Monday, August 1, 2011

Monochromatic Watercolor Teapots

The shell design on Rachel's tortoise-inspired teapot looks rugged and deeply grooved just like a real turtle shell!  She experimented with using a range of values from super light to very dark. This helped her painting to have a strong sense of form.
Alex works to add texture to a teapot design inspired by her observations of a squirrel.  In the foreground we see samples of different values of payne's gray watercolor paint.

Megan adds darker values to add interest to her painting. Look closely and you can see what she was inspired by:  animal horns, a ribcage and the teeth from an ox!

This summer I am also teaching an Art Studio class at RISD.  I am really enjoying the fourteen young ladies in the class who range in age from thirteen to seventeen.  The students are eager to learn new techniques and that is great since I will be covering a lot of information over the ten classes.  For this lesson,  I took them to the nature lab to view a variety of natural specimens.  The lab is on campus and has a huge collection of nature samples that can be handled by students. There is everything from taxidermy animals, human and animal skeletons, fossils, insects, reptiles, plants, and several living animals.  It is always inspiring to take students here where they can select something to study and really look at it up close for an extended period of time.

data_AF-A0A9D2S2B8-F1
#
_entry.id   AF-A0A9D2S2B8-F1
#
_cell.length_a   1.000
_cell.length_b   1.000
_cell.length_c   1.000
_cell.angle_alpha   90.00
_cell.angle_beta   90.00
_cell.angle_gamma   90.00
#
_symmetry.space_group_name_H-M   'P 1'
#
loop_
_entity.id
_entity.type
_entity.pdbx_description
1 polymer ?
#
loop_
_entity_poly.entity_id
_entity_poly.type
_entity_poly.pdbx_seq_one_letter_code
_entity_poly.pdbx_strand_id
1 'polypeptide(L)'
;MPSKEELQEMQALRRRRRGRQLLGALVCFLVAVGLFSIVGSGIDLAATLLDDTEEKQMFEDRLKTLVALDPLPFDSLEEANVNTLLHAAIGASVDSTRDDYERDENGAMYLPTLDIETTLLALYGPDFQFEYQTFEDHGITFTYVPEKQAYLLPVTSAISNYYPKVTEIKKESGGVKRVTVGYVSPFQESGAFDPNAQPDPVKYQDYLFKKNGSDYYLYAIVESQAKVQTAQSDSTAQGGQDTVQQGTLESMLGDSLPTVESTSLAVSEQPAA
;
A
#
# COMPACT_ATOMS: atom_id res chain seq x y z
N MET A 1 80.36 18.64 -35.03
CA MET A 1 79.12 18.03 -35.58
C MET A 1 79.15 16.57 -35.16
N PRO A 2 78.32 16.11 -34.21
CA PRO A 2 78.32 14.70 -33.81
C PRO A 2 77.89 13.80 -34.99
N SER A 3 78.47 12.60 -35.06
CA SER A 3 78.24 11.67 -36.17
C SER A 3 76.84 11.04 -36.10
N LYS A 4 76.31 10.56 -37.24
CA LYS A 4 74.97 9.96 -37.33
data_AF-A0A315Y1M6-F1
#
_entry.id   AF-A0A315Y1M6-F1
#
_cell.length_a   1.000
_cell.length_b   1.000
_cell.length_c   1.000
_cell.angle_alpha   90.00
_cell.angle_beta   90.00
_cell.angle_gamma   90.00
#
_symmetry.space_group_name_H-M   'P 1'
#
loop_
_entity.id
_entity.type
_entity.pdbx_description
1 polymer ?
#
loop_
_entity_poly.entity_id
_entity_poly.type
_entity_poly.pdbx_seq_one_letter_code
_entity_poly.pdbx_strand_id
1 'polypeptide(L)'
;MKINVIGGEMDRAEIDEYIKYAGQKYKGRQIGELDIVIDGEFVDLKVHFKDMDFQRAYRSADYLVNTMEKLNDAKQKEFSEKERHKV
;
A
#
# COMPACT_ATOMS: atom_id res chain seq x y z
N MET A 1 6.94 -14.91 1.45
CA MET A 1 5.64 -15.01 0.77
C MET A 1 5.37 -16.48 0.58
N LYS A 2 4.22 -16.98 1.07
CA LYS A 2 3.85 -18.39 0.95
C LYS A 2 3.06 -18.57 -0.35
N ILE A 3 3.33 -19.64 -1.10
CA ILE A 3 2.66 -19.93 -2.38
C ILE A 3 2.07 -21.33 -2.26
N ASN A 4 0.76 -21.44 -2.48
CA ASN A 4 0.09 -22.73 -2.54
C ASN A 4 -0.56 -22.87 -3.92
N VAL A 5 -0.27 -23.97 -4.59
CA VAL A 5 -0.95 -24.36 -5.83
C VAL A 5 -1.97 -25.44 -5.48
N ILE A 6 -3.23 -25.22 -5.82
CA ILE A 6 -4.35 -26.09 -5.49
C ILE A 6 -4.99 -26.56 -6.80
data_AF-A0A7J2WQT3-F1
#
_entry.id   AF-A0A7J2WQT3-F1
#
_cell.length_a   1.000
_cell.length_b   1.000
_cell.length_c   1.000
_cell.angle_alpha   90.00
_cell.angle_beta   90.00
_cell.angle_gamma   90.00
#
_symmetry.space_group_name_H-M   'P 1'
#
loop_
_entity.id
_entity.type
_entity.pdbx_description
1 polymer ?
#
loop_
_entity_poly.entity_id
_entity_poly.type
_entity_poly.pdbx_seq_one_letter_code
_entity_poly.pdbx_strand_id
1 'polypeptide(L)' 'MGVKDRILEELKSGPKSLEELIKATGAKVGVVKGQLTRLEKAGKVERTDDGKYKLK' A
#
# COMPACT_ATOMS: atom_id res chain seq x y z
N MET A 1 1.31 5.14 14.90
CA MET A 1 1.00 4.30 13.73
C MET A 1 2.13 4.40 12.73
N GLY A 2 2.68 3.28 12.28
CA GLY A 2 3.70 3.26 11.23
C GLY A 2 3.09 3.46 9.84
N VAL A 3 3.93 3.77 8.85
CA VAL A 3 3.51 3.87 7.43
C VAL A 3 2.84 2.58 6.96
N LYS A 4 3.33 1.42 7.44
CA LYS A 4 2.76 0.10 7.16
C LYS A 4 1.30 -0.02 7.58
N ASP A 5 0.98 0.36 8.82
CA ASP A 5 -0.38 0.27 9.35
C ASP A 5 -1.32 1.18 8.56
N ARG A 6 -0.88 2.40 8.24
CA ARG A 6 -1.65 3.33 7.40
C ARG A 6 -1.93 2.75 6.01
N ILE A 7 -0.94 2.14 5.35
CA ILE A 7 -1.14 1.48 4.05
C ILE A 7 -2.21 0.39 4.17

For this lesson I challenged the students to design a teapot that was inspired by something from nature.  I discussed the Chinese ritual of drinking tea from an individual sized teapot made of clay called an Xixing ( Pronounced Ee-shing) teapot.  I explained that an interesting teapot design must consist of a strong form as well as be able to function.  In other words,  just making something that looked "cool" wouldn't be enough; we would need to discuss the possibilities of it functioning successfully as well!
The students completed a series of three sketches at the nature lab and continued to develop their strongest sketch back in the studio.  From there they began to work on the watercolor paper, first drawing their design lightly in pencil.  I did a demonstration and led a discussion about the basic properties of watercolor including how to dilute the paint to achieve different lights and darks.   Check back to see how these teapots turned out! It's fun to see if you can find the spout, handle and lid on each one!




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